According to this recent article on WebProNews, Electronic Arts will be publishing it’s future games in an digital-only format soon.

Rumors are spinning. And not good ones. Most of what I have to say is clearly just my opinion and should not be taken in any other context, however there are some factual arguments to be made with the advent of digital game downloads coming on the heels of EA’s announcement.

Rumor 1: Apparently, Next-gen Sony console dev kits codenamed “Orbis” have been sent out to developers and the news, if in fact true, is good. The dev kits, essentially modified PC’s, run on AMD CPU’s, support 4K resolutions and the kits feature 8GB or 16 GB of RAM with a 256 GB HD AND MOST IMPORTANTLY – a Blu-ray drive. Sony is still pushing to keep this tech going and why not? Movies on Blu-ray discs and BD Players have affirmed their hold in the marketplace, eventually guaranteed on replacing DVD’s as the best retail format for home movie releases. BD Discs and players are more affordable then
ever now and with the amount of space offered per BD disc, they should easily be able to provide more than enough space for next generations console games. I can only see this is purely beneficial as more space means better graphics, (textures and cinematic sequences don’t need to be compressed anymore) more content which equals more replay value. I truly hope Sony does plan on adding Blu-ray functionality to it’s next-gen console.

Rumor 2: If the above is true, this puts Microsoft in a odd situation. Their next gen console might not even include a disc drive , excluding the gamer and OWNER of their console to borrow games from friends, ravaging if not destroying the second hand game market and meaning that all those cool new HD games you want have to be downloaded and activated at full price. If I’m going to pay the full price for digital as the hard-copy retail game cost, how about at least throwing me a disc and manual so I OWN the game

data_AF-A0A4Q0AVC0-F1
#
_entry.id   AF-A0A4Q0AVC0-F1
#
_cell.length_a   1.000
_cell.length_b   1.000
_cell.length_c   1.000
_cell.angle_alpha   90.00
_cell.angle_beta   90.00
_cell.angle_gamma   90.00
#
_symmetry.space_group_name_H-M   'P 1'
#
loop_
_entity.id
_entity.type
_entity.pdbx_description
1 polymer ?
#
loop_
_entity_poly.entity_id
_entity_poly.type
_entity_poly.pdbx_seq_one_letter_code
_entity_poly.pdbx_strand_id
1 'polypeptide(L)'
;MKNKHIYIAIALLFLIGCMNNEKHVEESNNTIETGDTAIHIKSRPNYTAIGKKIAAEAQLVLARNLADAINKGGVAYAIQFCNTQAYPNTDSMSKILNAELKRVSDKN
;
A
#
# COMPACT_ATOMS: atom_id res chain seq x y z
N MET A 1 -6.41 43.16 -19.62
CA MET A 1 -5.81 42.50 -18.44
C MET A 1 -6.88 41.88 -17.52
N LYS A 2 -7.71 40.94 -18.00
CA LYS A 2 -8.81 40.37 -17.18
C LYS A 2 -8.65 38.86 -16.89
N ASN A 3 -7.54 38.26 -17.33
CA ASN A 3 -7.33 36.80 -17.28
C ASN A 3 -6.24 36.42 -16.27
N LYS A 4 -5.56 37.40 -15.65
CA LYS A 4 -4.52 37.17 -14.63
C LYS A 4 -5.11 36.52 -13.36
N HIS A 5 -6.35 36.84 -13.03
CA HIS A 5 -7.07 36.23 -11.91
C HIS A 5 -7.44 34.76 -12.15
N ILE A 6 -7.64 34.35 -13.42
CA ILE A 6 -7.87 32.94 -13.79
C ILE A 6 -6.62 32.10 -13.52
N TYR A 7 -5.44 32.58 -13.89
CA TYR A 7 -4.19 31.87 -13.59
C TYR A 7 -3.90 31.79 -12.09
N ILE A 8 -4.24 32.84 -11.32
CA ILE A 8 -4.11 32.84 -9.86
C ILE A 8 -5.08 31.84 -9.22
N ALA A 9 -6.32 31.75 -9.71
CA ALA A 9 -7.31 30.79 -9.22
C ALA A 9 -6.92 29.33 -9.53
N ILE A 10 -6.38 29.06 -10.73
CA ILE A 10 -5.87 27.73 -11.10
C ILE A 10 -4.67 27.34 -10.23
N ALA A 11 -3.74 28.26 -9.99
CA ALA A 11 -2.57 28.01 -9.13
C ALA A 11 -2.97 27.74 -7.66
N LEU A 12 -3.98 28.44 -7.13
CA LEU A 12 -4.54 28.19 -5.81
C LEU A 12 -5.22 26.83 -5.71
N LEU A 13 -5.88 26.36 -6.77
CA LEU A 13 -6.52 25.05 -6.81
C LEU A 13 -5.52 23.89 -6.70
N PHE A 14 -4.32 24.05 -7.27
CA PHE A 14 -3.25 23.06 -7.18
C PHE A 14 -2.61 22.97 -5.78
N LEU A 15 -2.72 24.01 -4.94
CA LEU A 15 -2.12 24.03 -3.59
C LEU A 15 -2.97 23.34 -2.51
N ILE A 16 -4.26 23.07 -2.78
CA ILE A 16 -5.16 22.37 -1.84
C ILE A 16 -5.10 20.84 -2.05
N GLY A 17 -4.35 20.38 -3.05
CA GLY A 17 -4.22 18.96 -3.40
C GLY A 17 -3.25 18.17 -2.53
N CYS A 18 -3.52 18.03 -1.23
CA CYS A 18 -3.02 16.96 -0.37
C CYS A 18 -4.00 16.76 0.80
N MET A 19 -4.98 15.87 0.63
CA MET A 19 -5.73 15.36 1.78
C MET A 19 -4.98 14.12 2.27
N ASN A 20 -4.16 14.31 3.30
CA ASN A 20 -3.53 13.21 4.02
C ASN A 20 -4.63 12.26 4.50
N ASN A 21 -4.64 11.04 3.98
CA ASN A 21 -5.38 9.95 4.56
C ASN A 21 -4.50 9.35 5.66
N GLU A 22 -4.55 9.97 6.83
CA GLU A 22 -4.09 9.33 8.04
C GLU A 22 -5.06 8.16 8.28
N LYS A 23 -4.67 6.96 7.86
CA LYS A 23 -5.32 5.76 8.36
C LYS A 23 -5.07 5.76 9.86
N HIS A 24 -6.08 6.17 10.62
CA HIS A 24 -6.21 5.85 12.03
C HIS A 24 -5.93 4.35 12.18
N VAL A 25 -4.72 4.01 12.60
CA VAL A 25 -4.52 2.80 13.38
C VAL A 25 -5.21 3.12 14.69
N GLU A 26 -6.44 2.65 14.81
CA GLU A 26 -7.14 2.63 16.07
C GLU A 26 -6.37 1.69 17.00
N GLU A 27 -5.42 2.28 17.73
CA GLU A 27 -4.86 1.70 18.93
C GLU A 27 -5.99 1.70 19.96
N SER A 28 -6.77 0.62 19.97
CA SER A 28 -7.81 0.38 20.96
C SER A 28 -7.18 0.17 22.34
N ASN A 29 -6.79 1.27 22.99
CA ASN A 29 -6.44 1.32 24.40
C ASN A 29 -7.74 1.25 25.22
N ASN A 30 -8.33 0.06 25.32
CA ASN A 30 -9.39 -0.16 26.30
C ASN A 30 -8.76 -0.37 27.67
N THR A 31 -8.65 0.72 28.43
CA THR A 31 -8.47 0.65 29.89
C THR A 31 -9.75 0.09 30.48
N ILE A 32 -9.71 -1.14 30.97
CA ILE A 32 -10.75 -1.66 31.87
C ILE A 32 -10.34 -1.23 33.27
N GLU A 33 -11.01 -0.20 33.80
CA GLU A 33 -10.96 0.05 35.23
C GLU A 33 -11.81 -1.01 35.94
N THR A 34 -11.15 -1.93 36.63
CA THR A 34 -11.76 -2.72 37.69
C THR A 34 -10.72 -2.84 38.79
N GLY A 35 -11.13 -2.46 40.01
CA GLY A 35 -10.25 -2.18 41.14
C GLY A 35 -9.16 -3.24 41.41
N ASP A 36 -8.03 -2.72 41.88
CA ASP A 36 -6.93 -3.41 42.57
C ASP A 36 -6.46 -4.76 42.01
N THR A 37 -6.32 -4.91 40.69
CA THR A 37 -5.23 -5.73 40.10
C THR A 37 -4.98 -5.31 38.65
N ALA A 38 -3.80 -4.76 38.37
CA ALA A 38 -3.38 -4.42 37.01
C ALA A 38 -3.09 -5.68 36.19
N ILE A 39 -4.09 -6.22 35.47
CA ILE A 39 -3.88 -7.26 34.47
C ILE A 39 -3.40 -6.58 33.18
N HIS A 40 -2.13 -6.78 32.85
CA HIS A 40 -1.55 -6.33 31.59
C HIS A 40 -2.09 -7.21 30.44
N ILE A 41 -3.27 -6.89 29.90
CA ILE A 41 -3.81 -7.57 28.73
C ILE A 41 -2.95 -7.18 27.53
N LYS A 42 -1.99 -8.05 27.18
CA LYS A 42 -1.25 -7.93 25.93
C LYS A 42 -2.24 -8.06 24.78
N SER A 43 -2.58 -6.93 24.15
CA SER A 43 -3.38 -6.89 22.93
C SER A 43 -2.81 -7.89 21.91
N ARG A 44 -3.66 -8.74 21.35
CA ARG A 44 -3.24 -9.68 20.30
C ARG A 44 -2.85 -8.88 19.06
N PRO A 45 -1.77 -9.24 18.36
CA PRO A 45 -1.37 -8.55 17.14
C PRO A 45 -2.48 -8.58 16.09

If the Xbox 360’s early rendition is any indication of Microsoft’s tendencies, then when your next-gen MS console RRODs (the infamous “Red Ring of Death” on the aforementioned 360) or whatever epic fail the H/W will be privy to, will you lose an activation OR license for you pretty new digital download? Will you have to call, email or god forbid, create a “support ticket” to the publisher to acquire a new install/activation. Why do you think PC Games have no second hand game market? No one wants to purchase a pre-owned PC Game when they have no idea if it can be installed and THEN played because of licensing /activation limitations on Microsoft Windows platforms (yes, I know STEAM does this garbage too). Again, all the above is speculation but what is not speculation is that EA, one of console and PC games biggest publishers has made their position known that they will exclusively be publishing all future
releases in a digi-download only format. It may not happen next year, or even in 2014, but rest assured it WILL take hold.